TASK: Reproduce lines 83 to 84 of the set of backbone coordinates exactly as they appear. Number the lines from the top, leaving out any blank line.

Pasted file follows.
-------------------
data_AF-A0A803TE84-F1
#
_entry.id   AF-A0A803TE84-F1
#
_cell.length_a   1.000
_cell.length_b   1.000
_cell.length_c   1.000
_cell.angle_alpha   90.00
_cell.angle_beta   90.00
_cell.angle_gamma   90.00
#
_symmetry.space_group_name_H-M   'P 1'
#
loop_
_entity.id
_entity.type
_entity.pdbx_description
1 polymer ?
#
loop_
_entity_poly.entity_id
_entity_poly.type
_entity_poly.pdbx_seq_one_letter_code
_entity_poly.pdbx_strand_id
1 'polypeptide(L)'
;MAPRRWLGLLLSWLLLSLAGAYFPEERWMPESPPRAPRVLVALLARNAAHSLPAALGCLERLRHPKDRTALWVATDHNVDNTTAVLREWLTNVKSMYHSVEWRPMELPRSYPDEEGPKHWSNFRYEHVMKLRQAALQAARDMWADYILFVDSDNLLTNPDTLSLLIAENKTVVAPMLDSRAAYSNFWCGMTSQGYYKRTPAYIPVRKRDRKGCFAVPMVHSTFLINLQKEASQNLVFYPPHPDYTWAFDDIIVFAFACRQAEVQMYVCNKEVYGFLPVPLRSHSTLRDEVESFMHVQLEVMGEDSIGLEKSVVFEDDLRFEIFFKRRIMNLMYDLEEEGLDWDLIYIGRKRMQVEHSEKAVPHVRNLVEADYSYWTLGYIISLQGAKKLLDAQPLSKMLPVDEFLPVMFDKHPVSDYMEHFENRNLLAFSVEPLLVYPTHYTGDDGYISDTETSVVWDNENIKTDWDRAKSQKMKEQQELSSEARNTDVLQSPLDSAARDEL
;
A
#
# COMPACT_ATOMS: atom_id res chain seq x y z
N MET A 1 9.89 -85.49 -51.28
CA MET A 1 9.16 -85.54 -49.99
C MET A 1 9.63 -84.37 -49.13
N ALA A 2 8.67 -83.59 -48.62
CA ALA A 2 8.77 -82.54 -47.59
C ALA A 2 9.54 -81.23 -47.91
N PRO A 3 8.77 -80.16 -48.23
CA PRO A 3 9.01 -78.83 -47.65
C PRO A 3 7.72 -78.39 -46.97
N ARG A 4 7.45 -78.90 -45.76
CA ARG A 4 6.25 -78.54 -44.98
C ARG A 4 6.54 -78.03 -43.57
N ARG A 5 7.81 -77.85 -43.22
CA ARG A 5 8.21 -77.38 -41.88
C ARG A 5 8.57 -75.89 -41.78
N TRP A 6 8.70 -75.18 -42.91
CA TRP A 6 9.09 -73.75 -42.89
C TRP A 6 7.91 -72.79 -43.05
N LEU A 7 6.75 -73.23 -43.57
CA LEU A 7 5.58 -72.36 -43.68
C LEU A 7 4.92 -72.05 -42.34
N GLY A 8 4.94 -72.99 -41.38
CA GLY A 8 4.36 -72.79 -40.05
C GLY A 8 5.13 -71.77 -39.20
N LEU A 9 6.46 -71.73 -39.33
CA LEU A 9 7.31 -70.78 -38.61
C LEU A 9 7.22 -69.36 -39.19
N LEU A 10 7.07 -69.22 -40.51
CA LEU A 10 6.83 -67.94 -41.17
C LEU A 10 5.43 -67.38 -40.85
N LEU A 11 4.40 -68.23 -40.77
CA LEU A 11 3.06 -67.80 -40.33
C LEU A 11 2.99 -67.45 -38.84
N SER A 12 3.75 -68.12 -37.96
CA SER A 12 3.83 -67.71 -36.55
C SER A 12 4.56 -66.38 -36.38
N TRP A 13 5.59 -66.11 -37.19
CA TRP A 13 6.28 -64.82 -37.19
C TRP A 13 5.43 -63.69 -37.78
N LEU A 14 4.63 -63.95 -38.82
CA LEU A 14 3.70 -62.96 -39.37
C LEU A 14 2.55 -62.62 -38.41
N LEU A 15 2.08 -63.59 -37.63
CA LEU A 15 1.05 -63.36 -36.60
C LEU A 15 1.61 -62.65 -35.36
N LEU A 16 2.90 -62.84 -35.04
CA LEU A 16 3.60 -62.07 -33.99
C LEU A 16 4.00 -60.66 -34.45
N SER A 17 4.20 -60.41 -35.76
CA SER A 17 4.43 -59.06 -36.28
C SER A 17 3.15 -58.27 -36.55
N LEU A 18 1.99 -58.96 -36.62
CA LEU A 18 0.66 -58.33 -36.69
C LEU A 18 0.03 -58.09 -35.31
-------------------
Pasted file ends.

CA LEU A 18 0.66 -58.33 -36.69
C LEU A 18 0.03 -58.09 -35.31